LOL. MCAT means nothing. If an AUA grad beats an SGU or Ross grad on their Steps, then what makes them inferior? Don't act like just because they require an MCAT at SGU that the students there are suddenly smarter. At the end of the day it's up to the individual and that was my point to begin with. I've seen "smart" kids with degrees from amazing universities and a ton of publications get destroyed at AUA b/c they don't take it seriously. Also seen kids with non-science degrees who just decided on medicine as a career at a late time doing absolutely amazing. It does not matter what school you go to (as long as they are properly accredited, which AUA is). How do you think a student from the FIRST class of AUA landed a residency in NEUROSURGERY at BROWN?! What reputation did AUA have at that point? Nothing. You think he was academically inferior to SGU grads? Maybe AUA just dressed some random guy off the street as a doctor and made him pose with a model brain for pictures and it's all a big lie? Gimme a break. We've had amazing matches in specialties like neurosurg, plastic surgery, radiology, etc. Also prestigious hospitals like Brown, and Mayo clinic. Again up to the individual. I've spoken to some of these alumni myself, they visit the school every once in a while for Q and A sessions. The opportunities are there and If you want it bad enough, you can get it. Going to SGU or Ross vs. AUA makes no difference.

Back to the OP, don't worry about what percentage makes it to Step 1, etc. If you come to the Caribbean (any school), don't plan on being an average student because that won't get you anywhere. If you work hard and perform well, the doors are open for you on the residency side. AUA, like all Carib schools, are easy to get in but hard to get out, because remember this is MEDICAL SCHOOL. You write the same board exams as kids from Harvard Med. So you better be prepared to work hard to reach their level of understanding of the material if you want to compete with US grads for residency positions. That is the bottom line and the truth.

When deciding on which school to choose, I'd focus on cost, accreditation, and get some input from current/former students as to how well the school teaches vs. how much self-study you have to do (btw, AUA has amazing faculty and they teach you very well. Every once in a while you get a sub-par prof and you have to really go and learn on your own, but majority are fantastic). Also keep in mind that going to any international school is a risk. No one knows what the future holds in terms of number of residency positions and number of US grads, new legislations, etc. Med school takes 4 years so a lot can change from the time you enter to the time you finish. Always try your absolute hardest to get into a US MD or even DO school first before coming to the Caribbean.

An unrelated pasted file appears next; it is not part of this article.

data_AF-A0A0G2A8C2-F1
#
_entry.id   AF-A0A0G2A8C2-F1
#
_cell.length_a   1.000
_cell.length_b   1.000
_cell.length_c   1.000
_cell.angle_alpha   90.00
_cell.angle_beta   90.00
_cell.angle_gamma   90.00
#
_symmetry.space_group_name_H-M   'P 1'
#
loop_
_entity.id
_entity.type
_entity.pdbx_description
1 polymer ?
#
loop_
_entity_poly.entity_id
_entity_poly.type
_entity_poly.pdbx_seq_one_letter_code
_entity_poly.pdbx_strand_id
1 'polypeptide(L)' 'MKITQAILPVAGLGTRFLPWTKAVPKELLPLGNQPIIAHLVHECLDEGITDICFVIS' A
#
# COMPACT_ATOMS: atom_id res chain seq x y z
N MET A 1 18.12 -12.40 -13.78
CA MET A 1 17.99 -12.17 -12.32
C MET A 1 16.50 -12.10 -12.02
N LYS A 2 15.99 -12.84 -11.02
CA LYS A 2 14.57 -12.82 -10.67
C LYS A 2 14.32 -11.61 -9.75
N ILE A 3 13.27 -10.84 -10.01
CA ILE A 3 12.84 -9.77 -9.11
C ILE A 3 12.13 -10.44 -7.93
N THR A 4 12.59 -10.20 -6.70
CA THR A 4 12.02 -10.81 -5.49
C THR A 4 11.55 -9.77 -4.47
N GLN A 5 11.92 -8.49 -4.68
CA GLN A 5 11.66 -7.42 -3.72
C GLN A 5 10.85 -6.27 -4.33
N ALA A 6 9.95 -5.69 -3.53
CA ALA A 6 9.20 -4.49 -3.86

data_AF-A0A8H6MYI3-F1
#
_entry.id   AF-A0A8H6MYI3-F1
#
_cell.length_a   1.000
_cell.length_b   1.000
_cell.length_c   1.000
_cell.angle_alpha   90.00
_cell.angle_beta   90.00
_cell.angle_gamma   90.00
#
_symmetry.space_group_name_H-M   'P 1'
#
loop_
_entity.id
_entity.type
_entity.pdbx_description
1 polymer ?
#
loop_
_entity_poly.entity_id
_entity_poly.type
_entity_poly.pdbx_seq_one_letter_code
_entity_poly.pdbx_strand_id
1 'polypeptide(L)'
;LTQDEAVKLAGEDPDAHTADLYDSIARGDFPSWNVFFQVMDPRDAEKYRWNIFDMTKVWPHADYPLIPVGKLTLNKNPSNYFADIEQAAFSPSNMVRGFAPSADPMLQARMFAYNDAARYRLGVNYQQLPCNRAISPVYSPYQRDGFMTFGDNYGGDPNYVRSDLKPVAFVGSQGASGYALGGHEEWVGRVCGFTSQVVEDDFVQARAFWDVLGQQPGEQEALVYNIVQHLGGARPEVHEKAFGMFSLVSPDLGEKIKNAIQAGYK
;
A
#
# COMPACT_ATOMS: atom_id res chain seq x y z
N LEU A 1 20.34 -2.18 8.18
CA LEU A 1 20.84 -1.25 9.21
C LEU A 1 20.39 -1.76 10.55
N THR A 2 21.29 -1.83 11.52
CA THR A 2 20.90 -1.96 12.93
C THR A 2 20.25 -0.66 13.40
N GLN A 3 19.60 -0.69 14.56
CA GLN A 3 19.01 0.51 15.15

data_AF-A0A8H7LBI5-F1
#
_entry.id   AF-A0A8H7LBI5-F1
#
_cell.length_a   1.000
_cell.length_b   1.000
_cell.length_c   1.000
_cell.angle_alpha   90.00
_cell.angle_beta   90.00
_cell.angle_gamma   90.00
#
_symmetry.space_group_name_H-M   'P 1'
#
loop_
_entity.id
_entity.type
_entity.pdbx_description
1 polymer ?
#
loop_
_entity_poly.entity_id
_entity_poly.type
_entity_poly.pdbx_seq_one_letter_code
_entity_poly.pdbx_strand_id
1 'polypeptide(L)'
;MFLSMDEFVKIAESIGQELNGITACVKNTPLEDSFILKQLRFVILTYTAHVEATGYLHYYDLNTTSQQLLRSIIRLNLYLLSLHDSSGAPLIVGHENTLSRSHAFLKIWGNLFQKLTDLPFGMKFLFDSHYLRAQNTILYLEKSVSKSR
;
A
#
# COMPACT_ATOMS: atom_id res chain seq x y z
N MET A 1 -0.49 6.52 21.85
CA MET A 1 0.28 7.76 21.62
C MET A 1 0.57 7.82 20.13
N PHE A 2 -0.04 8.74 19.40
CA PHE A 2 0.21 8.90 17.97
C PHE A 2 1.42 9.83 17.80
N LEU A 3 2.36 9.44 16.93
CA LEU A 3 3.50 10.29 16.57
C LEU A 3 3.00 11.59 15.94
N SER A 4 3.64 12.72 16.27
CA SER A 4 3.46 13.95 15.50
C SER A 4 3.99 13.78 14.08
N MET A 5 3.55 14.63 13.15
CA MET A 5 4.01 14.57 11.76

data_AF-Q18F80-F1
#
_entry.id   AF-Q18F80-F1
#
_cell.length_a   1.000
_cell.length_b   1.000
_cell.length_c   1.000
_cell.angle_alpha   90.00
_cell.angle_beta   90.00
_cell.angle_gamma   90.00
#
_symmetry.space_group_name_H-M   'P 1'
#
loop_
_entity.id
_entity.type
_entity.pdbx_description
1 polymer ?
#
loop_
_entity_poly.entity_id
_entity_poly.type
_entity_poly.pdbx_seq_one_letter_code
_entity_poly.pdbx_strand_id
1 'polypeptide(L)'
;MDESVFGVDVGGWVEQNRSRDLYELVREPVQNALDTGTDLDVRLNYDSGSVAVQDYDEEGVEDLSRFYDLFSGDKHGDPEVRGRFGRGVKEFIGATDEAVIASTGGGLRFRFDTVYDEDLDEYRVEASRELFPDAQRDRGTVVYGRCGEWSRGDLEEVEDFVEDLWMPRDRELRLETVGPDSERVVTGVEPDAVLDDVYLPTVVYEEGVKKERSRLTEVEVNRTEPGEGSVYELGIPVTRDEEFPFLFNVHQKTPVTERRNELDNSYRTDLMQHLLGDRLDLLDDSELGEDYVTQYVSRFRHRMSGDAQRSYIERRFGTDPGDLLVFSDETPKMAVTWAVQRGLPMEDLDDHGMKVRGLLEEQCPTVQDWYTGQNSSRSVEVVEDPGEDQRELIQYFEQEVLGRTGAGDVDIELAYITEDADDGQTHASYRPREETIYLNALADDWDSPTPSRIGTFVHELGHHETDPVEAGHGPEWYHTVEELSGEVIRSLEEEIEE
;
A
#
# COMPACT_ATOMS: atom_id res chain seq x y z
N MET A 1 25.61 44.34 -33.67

Raj25
04-12-2015, 04:45 PM
LOL. MCAT means nothing. If an AUA grad beats an SGU or Ross grad on their Steps, then what makes them inferior? Don't act like just because they require an MCAT at SGU that the students there are suddenly smarter. At the end of the day it's up to the individual and that was my point to begin with. I've seen "smart" kids with degrees from amazing universities and a ton of publications get destroyed at AUA b/c they don't take it seriously. Also seen kids with non-science degrees who just decided on medicine as a career at a late time doing absolutely amazing. It does not matter what school you go to (as long as they are properly accredited, which AUA is). How do you think a student from the FIRST class of AUA landed a residency in NEUROSURGERY at BROWN?! What reputation did AUA have at that point? Nothing. You think he was academically inferior to SGU grads? Maybe AUA just dressed some random guy off the street as a doctor and made him pose with a model brain for pictures and it's all a big lie? Gimme a break. We've had amazing matches in specialties like neurosurg, plastic surgery, radiology, etc. Also prestigious hospitals like Brown, and Mayo clinic. Again up to the individual. I've spoken to some of these alumni myself, they visit the school every once in a while for Q and A sessions. The opportunities are there and If you want it bad enough, you can get it. Going to SGU or Ross vs. AUA makes no difference.